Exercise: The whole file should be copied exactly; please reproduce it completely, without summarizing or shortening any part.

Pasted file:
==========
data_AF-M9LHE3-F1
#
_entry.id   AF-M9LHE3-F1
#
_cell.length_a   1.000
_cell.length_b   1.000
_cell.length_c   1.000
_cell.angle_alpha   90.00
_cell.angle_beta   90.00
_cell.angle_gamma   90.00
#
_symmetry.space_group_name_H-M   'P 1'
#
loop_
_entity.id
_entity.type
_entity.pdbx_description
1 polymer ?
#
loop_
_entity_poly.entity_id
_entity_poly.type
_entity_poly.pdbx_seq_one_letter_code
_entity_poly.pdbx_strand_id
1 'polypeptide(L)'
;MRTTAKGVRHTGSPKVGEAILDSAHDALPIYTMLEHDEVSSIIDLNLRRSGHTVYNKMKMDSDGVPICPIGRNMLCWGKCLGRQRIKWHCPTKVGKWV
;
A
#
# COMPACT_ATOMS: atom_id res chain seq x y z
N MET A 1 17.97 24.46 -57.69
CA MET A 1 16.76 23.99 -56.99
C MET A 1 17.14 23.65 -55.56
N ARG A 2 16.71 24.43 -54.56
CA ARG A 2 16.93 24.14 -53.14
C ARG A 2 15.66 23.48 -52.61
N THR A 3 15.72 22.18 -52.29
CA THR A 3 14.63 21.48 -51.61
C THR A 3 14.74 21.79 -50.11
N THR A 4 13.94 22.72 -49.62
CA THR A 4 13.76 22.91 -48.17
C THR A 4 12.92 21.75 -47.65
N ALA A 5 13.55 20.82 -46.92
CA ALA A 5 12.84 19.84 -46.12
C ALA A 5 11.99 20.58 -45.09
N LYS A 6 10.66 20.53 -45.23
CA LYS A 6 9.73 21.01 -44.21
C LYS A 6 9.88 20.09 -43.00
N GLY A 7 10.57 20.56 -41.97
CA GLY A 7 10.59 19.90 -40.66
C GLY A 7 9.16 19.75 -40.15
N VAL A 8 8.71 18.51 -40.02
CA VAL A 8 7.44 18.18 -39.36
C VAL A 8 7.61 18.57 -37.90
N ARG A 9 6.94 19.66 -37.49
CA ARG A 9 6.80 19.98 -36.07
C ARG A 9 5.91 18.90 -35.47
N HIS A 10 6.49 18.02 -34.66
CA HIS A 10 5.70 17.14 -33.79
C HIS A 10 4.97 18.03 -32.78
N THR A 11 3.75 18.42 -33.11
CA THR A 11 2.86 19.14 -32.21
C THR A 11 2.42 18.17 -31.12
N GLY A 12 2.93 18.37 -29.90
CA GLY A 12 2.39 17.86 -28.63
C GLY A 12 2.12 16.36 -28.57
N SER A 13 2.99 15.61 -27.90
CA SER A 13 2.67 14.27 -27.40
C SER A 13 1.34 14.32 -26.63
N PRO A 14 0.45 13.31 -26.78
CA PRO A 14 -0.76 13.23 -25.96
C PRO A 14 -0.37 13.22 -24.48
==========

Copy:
data_AF-M9LHE3-F1
#
_entry.id   AF-M9LHE3-F1
#
_cell.length_a   1.000
_cell.length_b   1.000
_cell.length_c   1.000
_cell.angle_alpha   90.00
_cell.angle_beta   90.00
_cell.angle_gamma   90.00
#
_symmetry.space_group_name_H-M   'P 1'
#
loop_
_entity.id
_entity.type
_entity.pdbx_description
1 polymer ?
#
loop_
_entity_poly.entity_id
_entity_poly.type
_entity_poly.pdbx_seq_one_letter_code
_entity_poly.pdbx_strand_id
1 'polypeptide(L)'
;MRTTAKGVRHTGSPKVGEAILDSAHDALPIYTMLEHDEVSSIIDLNLRRSGHTVYNKMKMDSDGVPICPIGRNMLCWGKCLGRQRIKWHCPTKVGKWV
;
A
#
# COMPACT_ATOMS: atom_id res chain seq x y z
N MET A 1 17.97 24.46 -57.69
CA MET A 1 16.76 23.99 -56.99
C MET A 1 17.14 23.65 -55.56
N ARG A 2 16.71 24.43 -54.56
CA ARG A 2 16.93 24.14 -53.14
C ARG A 2 15.66 23.48 -52.61
N THR A 3 15.72 22.18 -52.29
CA THR A 3 14.63 21.48 -51.61
C THR A 3 14.74 21.79 -50.11
N THR A 4 13.94 22.72 -49.62
CA THR A 4 13.76 22.91 -48.17
C THR A 4 12.92 21.75 -47.65
N ALA A 5 13.55 20.82 -46.92
CA ALA A 5 12.84 19.84 -46.12
C ALA A 5 11.99 20.58 -45.09
N LYS A 6 10.66 20.53 -45.23
CA LYS A 6 9.73 21.01 -44.21
C LYS A 6 9.88 20.09 -43.00
N GLY A 7 10.57 20.56 -41.97
CA GLY A 7 10.59 19.90 -40.66
C GLY A 7 9.16 19.75 -40.15
N VAL A 8 8.71 18.51 -40.02
CA VAL A 8 7.44 18.18 -39.36
C VAL A 8 7.61 18.57 -37.90
N ARG A 9 6.94 19.66 -37.49
CA ARG A 9 6.80 19.98 -36.07
C ARG A 9 5.91 18.90 -35.47
N HIS A 10 6.49 18.02 -34.66
CA HIS A 10 5.70 17.14 -33.79
C HIS A 10 4.97 18.03 -32.78
N THR A 11 3.75 18.42 -33.11
CA THR A 11 2.86 19.14 -32.21
C THR A 11 2.42 18.17 -31.12
N GLY A 12 2.93 18.37 -29.90
CA GLY A 12 2.39 17.86 -28.63
C GLY A 12 2.12 16.36 -28.57
N SER A 13 2.99 15.61 -27.90
CA SER A 13 2.67 14.27 -27.40
C SER A 13 1.34 14.32 -26.63
N PRO A 14 0.45 13.31 -26.78
CA PRO A 14 -0.76 13.23 -25.96
C PRO A 14 -0.37 13.22 -24.48